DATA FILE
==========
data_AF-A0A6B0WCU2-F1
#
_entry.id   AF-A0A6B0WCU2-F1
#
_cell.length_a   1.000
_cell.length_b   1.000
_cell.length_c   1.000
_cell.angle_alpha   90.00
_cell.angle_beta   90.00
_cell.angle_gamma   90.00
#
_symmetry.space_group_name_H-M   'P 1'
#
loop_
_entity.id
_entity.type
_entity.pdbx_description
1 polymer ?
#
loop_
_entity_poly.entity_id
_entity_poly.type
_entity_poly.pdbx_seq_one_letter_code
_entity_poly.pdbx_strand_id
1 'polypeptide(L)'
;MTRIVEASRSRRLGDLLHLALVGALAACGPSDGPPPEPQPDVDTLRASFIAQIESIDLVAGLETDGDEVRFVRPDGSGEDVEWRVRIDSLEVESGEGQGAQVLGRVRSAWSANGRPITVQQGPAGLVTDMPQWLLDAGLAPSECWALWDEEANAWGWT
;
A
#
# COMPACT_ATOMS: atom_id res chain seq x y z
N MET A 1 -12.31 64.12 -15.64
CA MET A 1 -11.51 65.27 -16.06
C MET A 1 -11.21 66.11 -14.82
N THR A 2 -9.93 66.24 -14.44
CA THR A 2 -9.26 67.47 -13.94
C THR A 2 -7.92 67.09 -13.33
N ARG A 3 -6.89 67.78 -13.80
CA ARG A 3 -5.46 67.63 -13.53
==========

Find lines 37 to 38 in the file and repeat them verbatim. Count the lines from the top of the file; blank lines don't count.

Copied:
N ARG A 3 -6.89 67.78 -13.80
CA ARG A 3 -5.46 67.63 -13.53